Hong Kong pro-democracy activists hoist ‘Lady Liberty’ statue above city to rally protests

 

Hong Kong protesters scaled the city’s Lion Rock peak and hoisted a large statue they called “Lady Liberty” early on Sunday to rally anti-government activists ahead of more planned demonstrations in the Asian financial hub.

The three-metre (9-feet) statue, wearing a gas mask, helmet and protective goggles, was carried up the 500-metre (1,500-feet) peak in the dead of night by several dozen protesters, some wearing head lamps, during an overnight thunderstorm.

It held a black banner that read “Revolution of our time, Liberate Hong Kong” and could be seen from the city below.

The statue represented an injured woman protester believed by activists to have been shot in the eye by a police projectile. One of the protesters told Reuters he hoped it would inspire Hong Kong people to keep fighting.

“We are telling people that you mustn’t give up. All problems can be resolved with Hong Kong people’s persistence and hard work to reach our aims,” he said.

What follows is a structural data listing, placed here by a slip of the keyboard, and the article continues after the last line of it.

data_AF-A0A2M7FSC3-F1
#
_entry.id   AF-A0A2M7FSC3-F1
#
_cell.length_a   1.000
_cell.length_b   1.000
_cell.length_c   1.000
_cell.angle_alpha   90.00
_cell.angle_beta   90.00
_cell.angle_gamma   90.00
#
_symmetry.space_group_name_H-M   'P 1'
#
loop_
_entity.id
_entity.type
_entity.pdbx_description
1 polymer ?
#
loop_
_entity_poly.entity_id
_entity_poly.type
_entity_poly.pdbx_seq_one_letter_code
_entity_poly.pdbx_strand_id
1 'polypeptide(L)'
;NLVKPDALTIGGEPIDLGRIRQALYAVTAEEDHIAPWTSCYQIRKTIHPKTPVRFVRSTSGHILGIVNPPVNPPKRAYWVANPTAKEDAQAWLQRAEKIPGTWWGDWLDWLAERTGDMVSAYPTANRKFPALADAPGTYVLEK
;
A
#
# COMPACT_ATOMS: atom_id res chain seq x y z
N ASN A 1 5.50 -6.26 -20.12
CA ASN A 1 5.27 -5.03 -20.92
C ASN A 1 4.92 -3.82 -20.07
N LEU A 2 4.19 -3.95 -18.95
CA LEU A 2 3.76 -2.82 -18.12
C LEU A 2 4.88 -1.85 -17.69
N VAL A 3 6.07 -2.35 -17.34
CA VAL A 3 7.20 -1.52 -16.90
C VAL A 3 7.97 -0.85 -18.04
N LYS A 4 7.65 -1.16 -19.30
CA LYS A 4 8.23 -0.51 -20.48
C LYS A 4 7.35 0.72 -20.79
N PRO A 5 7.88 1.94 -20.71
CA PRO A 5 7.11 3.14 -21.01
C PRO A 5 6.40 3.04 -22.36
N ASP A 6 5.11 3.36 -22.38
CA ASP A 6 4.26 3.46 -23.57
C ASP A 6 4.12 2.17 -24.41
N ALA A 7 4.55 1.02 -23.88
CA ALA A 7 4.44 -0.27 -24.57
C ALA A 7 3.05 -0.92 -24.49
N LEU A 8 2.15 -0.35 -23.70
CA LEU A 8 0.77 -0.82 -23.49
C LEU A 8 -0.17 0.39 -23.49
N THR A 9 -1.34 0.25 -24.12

Hong Kong has been battered by four months of often massive and violent protests against what is seen as Beijing’s tightening grip on the Chinese-ruled city, and more protests are planned for Sunday.

Petrol bombs were thrown inside a Hong Kong metro rail station on Saturday but no one was injured, the government said.

The MTR, which usually carries some 5 million people daily, will shut early on Sunday and the Airport Express will not stop between central Hong Kong and the airport.

Metro stations have been torched and ticketing machines damaged because protesters believe MTR management, at the instruction of the government, has closed stations to hinder protesters’ movements. It was forced to shut down completely last week.

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